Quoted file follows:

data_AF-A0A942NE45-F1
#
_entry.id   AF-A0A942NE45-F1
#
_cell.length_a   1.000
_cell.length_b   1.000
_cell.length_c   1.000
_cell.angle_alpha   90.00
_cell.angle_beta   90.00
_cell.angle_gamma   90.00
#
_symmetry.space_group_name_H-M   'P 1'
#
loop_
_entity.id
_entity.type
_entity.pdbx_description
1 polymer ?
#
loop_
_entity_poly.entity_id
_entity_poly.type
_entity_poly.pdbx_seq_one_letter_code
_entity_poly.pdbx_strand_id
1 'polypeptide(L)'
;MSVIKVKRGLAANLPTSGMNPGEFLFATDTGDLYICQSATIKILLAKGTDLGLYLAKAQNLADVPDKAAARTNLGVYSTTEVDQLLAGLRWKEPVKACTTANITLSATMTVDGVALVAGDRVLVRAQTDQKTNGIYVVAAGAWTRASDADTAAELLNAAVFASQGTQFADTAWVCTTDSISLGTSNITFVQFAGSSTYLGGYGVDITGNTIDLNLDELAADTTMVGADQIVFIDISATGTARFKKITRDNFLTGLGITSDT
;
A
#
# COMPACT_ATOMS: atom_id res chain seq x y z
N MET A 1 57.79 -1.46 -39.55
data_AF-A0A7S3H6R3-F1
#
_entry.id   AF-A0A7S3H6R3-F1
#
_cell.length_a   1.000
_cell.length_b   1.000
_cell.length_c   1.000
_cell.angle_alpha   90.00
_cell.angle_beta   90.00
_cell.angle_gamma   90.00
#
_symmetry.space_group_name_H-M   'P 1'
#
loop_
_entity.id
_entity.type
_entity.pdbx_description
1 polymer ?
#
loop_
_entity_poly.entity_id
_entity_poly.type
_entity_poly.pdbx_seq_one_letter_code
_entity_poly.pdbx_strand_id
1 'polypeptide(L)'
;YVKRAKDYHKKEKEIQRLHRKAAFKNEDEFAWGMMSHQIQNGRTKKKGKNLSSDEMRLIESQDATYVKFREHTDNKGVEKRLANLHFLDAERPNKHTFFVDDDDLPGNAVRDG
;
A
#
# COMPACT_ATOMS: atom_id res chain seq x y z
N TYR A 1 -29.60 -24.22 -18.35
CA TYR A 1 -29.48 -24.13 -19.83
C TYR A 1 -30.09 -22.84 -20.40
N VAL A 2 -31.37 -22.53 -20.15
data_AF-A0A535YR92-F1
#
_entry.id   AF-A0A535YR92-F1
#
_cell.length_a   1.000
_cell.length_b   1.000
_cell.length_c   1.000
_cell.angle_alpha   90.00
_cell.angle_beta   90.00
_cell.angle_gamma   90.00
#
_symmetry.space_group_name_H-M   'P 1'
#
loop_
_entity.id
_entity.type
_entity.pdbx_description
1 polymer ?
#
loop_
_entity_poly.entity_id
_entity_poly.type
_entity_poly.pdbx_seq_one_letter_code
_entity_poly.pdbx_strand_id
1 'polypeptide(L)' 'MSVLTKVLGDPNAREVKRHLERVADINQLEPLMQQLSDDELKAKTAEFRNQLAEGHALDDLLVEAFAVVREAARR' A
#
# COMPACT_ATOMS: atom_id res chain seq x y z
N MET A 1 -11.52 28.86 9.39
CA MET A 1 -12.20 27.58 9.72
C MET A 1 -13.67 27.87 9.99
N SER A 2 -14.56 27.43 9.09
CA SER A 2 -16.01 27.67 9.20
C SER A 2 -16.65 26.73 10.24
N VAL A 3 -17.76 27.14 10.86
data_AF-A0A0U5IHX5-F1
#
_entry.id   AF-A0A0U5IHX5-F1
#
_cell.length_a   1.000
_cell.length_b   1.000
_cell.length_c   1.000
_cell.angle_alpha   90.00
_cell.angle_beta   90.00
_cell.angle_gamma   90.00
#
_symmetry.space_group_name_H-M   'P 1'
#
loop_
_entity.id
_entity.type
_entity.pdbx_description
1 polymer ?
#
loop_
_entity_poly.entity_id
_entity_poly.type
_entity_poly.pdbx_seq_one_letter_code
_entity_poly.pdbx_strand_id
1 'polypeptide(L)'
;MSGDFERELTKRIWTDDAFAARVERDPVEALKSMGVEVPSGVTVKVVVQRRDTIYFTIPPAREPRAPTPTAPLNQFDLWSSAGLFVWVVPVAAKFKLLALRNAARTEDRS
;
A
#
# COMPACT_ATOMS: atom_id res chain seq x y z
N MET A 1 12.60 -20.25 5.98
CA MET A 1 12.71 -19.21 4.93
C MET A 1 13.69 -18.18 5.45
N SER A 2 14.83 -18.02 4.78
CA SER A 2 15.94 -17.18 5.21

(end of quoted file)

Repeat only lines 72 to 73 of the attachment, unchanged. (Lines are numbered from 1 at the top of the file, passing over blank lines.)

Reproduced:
_cell.length_c   1.000
_cell.angle_alpha   90.00